Marlins claim British Virgin Islands citizenship to avoid going to court in Miami

Are you ready for the saga of the Derek Jeter-owned Miami Marlins to get even more ridiculous? Because it’s about to.

According to the Miami Herald, the Marlins are trying to avoid going to court in Miami by claiming that their team should be considered a corporate citizen of the British Virgin Islands. The basis for this is a little convoluted. Marlins Teamco is a corporation that was formed by Jeter and Marlins majority owner Bruce Sherman specifically to buy the Marlins. One of the corporations that owns a minority stake in Marlins Teamco is based in the British Virgin Islands.

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The Marlins aren’t doing this to change their name to the British Virgin Island Marlins. This is all in response to a profit-sharing lawsuit that was filed earlier this year by Miami-Dade County. As part of a 2009 agreement, the Jeffrey Loria-owned Marlins agreed that if the team was sold within 10 years, the county would get 5% of the profits from that sale. The team, which was bought by Loria for $152 million, was sold in 2017 to the Jeter/Sherman majority group for $1.2 billion. However, Loria claimed that he somehow lost $140 million from the sale, so neither he nor the Marlins owed the county any profits. The county obviously sued since that’s insane, and both Loria and the Marlins (which includes their current ownership) are named in the suit.

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MIAMI, FL - OCTOBER 03: Miami Marlins CEO Derek Jeter speak with members of the media at Marlins Park on October 3, 2017 in Miami, Florida. (Photo by Mike Ehrmann/Getty Images)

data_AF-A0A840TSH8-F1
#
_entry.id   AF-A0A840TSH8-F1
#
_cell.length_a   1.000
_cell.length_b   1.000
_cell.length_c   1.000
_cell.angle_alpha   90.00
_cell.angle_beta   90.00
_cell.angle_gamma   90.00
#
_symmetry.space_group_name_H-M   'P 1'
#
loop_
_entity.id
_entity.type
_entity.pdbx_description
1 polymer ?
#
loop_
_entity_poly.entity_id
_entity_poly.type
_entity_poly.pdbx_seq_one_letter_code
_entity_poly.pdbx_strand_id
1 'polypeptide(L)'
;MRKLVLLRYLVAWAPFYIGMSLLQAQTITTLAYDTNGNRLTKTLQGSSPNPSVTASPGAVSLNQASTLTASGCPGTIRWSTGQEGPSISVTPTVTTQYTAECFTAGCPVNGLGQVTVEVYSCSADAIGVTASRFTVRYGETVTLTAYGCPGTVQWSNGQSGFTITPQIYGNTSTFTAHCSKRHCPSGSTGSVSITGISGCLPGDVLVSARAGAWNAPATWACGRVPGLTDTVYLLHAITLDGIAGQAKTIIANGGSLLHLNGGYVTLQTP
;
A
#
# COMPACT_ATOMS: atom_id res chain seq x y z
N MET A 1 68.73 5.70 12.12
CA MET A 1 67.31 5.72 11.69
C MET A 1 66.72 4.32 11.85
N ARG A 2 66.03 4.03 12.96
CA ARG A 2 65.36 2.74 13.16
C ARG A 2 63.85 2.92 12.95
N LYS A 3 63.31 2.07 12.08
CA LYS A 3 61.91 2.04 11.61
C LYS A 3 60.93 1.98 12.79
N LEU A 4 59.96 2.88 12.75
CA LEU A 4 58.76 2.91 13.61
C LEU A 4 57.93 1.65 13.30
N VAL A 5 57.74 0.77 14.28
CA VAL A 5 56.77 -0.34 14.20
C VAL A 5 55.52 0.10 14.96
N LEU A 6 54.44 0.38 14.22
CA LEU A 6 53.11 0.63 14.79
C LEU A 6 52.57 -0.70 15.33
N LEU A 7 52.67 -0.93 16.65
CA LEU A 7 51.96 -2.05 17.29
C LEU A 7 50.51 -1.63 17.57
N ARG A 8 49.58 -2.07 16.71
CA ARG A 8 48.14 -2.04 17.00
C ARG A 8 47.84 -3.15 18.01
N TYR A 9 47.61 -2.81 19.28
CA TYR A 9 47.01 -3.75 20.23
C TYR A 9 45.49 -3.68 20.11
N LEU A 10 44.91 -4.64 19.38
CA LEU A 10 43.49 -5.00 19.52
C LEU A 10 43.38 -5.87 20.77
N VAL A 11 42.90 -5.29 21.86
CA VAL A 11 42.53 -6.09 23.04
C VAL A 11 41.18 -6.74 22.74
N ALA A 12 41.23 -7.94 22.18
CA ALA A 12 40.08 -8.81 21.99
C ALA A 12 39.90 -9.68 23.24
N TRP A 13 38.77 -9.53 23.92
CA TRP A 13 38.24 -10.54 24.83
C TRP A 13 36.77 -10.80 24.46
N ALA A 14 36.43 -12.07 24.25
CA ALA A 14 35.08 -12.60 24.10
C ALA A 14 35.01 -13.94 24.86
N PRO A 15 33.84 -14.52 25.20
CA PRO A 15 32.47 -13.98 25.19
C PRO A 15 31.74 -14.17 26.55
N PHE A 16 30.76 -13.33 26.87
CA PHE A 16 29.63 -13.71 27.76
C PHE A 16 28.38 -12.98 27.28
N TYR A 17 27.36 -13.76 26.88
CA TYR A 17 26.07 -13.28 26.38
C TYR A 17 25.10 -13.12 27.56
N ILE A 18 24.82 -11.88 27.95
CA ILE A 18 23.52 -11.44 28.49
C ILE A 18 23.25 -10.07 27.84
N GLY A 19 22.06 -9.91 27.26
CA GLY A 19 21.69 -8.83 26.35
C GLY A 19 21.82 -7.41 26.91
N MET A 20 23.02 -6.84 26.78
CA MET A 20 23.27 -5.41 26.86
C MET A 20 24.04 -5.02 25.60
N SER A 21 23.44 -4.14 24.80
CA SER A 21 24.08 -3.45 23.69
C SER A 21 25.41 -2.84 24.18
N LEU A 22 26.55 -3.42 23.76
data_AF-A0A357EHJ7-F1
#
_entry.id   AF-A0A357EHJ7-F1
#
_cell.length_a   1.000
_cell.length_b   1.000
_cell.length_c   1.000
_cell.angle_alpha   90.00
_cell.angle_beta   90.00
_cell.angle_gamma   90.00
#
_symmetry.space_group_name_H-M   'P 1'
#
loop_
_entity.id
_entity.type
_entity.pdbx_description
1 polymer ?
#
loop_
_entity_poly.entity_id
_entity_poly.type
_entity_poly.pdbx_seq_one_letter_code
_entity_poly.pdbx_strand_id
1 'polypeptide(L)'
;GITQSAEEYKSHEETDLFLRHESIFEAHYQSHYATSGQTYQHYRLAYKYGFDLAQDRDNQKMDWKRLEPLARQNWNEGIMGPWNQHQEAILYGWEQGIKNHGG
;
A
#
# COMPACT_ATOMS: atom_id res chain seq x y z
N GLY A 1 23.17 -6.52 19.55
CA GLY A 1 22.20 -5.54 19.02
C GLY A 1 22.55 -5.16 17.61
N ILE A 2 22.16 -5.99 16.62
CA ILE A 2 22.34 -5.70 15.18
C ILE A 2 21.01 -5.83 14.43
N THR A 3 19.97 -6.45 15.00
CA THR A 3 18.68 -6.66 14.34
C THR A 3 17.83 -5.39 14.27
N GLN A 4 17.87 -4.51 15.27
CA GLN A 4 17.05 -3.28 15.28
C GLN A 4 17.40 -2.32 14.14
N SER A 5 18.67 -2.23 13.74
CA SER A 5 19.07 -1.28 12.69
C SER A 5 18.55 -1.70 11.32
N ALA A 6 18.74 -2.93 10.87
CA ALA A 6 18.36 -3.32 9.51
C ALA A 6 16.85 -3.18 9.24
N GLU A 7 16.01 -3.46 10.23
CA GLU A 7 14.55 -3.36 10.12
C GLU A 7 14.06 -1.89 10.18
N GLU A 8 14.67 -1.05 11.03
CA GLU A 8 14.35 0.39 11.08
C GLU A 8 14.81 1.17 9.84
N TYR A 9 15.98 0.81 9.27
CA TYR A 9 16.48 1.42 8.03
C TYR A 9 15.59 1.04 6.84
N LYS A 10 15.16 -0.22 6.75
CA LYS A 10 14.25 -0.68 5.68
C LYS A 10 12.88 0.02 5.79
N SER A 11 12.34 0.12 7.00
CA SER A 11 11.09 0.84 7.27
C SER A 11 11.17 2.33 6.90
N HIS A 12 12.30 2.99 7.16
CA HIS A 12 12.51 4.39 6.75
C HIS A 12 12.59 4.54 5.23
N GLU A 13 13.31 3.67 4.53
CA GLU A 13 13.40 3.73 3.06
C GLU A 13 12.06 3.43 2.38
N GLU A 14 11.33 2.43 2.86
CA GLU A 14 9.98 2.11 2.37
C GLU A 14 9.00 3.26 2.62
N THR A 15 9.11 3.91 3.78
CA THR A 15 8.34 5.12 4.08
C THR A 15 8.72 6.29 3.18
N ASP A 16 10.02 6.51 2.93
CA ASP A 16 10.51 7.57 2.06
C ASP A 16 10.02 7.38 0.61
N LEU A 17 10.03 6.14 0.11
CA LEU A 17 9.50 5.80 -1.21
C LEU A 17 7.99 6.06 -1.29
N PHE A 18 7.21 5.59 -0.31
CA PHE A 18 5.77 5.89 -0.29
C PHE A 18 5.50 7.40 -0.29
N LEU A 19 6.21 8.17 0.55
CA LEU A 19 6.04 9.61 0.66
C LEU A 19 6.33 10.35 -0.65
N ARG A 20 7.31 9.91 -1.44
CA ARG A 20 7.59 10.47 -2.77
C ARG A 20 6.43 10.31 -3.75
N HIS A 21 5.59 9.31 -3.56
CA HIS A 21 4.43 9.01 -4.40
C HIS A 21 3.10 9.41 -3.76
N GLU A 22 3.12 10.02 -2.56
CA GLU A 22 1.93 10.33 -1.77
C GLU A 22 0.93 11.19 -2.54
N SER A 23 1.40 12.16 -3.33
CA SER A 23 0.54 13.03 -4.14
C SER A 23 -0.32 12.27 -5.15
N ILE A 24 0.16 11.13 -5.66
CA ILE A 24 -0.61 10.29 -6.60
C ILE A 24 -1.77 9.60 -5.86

MIAMI, FL - OCTOBER 03: Principal owner Bruce Sherman and CEO Derek Jeter speak with members of the media at Marlins Park on October 3, 2017 in Miami, Florida. (Photo by Mike Ehrmann/Getty Images)
MIAMI, FL - OCTOBER 14: In this handout photo provided by One Voice: Somos Live!, Giselle Blondet, Chayanne and Derek Jeter speak onstage at One Voice: Somos Live! A Concert For Disaster Relief at Marlins Park on October 14, 2017 in Miami, Florida. (Photo by Rick Diamond/One Voice: Somos Live!/Getty Images)
NEW YORK, NY - OCTOBER 26: Derek Jeter speaks onstage for Derek Jeter On Finding Professional Fulfillment After The Dream Career Featuring Derek Jeter, Founder, The Players' Tribune, And Jeff Levick, CEO, The Players' Tribune during Fast Company Innovation Festival at 92nd Street Y on October 26, 2017 in New York City. (Photo by Craig Barritt/Getty Images for Fast Company)
NEW YORK, NY - OCTOBER 26: Derek Jeter attends Derek Jeter On Finding Professional Fulfillment After The Dream Career Featuring Derek Jeter, Founder, The Players' Tribune, And Jeff Levick, CEO, The Players' Tribune during Fast Company Innovation Festival at 92nd Street Y on October 26, 2017 in New York City. (Photo by Craig Barritt/Getty Images for Fast Company)
MIAMI, FL - DECEMBER 03: Derek Jeter attends an NBA game between the Miami Heat and the Golden State Warriors at American Airlines Arena on December 3, 2017 in Miami, Florida. NOTE TO USER: User expressly acknowledges and agrees that, by downloading and or using this photograph, User is consenting to the terms and conditions of the Getty Images License Agreement. (Photo by Christopher Trotman/Getty Images)